Should Counseling Become a Mandatory Part of the Divorce Process?

I recently read an article about Denmark changing their divorce law, in order to make it more difficult for people to break up their marriages. In order to obtain a divorce, couples used to be able to fill out the necessary forms online to file for divorce, but now with the change in law, they must wait three months and attend counseling before they are legally able to file. Denmark is hoping to discourage couples from going through with divorce. The goal in decreasing divorce is to prevent people from the financial and emotional costs associated with it. Although this seems like the government is sticking their nose into the private matters of their citizens, from what I read, this new law is heavily supported by the majority of people and politicians.

Photo by christopher lemercier on Unsplash

Do you think it should be more difficult to get a divorce? I remember realizing how easy it was to get divorced once my first husband had filed. We didn’t have a lot of assets and didn’t have children together, so we were able to avoid the lawyers and drama that many other couples experiencing a divorce must deal with. It was still an extremely emotional process, that I wasn’t sure I would be able to make it through, but as far as divorce goes, it was a peaceful one. After filing we went our separate ways while we waited the few months we had to wait for our court date. When that day arrived we simply met with a judge, both agreed to divorce each other and then were granted the divorce, never to see each other again.

Photo by Helloquence on Unsplash

My second divorce was a similar experience. I filed by printing off the paperwork from my computer, filing it out, and mailing it to the court system. Once again, with no children or problems dividing up our belongings, we skipped the lawyers and sailed smoothly into the land of singleness.

In the case of both of my divorces there would have been no amount of counseling that could have mended things enough to change our minds. As a matter of fact, my first husband and I had experienced a LOT of counseling, but no amount of therapy can’t change a controlling, emotionally abusive man’s personality. Although I never went to counseling with my second husband, I know that it wouldn’t have changed my mind about leaving him after he had put his hands around my throat, pushed and spit on me. There are some things that counseling can never make right. Abuse of any type is never acceptable and should not be tolerated in a marriage for any reason. This all being said, if I were in a normal marriage, where our biggest problems were that we fought too much or stopped having sex or fell out of love, I can see how beneficial it could be for the government to encourage counseling before allowing couples to divorce.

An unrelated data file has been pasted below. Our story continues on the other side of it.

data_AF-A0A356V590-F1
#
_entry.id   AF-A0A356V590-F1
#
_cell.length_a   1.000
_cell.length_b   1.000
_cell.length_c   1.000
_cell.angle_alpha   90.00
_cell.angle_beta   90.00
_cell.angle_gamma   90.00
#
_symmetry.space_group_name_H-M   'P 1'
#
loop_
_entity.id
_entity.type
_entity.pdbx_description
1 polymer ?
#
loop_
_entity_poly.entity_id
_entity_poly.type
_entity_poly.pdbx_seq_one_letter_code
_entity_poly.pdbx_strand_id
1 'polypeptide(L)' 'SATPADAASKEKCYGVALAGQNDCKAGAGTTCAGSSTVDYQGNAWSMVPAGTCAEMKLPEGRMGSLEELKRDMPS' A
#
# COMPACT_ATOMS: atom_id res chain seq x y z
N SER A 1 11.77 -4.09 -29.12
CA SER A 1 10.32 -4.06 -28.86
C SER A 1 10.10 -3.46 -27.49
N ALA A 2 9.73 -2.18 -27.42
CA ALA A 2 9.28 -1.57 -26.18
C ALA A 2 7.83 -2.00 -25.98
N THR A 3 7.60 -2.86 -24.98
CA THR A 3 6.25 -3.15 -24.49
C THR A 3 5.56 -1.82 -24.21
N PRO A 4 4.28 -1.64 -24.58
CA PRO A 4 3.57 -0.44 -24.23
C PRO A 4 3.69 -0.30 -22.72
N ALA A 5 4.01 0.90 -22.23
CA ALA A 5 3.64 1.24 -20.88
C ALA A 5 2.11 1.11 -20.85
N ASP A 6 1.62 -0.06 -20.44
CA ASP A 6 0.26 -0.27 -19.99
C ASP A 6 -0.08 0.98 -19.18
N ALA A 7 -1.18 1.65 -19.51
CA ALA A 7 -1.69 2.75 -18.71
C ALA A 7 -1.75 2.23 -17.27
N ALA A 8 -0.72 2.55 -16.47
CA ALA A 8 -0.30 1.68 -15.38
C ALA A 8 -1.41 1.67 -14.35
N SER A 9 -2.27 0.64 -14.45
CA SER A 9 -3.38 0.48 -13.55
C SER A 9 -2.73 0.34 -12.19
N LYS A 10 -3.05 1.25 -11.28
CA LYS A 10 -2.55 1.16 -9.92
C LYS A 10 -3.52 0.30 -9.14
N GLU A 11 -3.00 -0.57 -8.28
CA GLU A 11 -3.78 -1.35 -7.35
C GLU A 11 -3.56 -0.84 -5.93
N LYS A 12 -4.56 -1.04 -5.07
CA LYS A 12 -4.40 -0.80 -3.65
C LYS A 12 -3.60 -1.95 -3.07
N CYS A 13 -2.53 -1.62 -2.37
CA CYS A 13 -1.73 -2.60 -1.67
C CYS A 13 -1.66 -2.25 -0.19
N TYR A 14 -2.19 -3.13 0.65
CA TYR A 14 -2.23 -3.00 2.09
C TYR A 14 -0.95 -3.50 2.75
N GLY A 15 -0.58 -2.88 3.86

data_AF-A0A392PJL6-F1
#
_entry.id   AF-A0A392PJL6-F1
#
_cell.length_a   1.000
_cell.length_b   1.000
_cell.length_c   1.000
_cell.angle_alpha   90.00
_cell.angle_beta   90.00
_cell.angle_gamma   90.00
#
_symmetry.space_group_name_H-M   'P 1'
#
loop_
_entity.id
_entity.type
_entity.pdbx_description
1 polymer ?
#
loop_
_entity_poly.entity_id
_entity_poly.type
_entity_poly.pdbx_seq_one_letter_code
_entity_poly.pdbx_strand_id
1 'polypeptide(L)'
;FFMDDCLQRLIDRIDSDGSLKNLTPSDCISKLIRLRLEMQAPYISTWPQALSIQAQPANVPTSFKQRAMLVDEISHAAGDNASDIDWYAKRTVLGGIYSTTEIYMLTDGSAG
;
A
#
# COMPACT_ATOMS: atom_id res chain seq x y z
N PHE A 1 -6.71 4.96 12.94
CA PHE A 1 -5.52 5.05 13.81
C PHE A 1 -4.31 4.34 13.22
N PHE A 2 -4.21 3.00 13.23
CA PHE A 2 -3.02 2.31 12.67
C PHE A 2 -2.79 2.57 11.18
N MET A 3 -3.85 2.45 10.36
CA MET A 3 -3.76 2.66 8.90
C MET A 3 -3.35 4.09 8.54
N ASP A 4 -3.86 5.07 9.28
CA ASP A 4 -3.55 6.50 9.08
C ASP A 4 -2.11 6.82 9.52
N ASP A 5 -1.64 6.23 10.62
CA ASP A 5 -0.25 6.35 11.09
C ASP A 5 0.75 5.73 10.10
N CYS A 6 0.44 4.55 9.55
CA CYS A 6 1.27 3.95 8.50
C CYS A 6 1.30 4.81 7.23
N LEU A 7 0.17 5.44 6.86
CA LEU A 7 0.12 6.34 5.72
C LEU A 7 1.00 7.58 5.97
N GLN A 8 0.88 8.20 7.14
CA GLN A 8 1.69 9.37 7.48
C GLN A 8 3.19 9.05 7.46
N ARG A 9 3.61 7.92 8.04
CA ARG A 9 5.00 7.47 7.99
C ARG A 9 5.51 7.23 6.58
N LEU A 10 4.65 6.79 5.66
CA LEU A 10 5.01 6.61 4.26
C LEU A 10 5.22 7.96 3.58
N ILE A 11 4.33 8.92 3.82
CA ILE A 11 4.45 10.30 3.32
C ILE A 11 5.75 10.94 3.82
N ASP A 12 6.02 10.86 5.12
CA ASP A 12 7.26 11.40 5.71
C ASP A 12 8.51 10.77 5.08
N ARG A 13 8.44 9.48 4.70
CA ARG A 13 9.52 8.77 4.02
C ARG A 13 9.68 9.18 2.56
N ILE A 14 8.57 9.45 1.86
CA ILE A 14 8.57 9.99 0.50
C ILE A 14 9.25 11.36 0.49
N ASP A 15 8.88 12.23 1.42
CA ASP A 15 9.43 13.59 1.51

Although I have experienced two divorces, I do take marriage and the vows I took very seriously. If I weren’t in abusive situations I may have appreciated the idea of working on the marriage before allowing it to end. I love the idea of going to counseling and having a waiting period for divorce, as long as the marriage is not an abusive one. I’m not sure that many couples would attend counseling on their own, so it could be a beneficial addition to the divorce process. I do believe that we sometimes throw in the towel early because it is fairly easy to do so. Marriage takes work and it can be exhausting. Our society is all about making everything fast and easy, but in the case of ending a marriage, this is not always wise. It takes years to get to know someone and love someone, yet when that relationship becomes difficult we can get out in the blink of an eye. If everyone could take a step back to focus on the relationship and have someone who is not emotionally tied to either person to mediate for them, it could lead couples to change their minds to stay and work on the marriage.

Photo by Shelby Deeter on Unsplash

This is a very controversial topic and the arguments on both sides are valid. I’m not sure that I like the government having involvement with the personal affairs of its citizens, yet I do think that it is a noble cause to want to decrease the divorce rate and assist couples in avoiding financial and emotional turmoil. What do you think? Should divorce be easy to obtain or do you think that it could be helpful to have programs designed to encourage healing and promote keeping marriages together?

Love Always, Alex Prince – Creator & Editor-In-Chief of Damsel Divorcée

2 thoughts on “Should Counseling Become a Mandatory Part of the Divorce Process?”

  1. As you said, there are valid points to both sides of your question. While I do think we make divorce pretty easy, if it’s what both parties admit they want, then the counseling will not be productive – they will just wade through it to get it done in order to get the divorce. And to enter into counseling too quickly after the word ‘divorce’ is put on the table is certainly going to be a time when parties are hurt and angry. While offering counseling is a good thing, I think agreeing to it has to be voluntary. I do think that there needs to be a ‘cooling down’ period of separation before papers can be filed.
    What a great topic to tackle!


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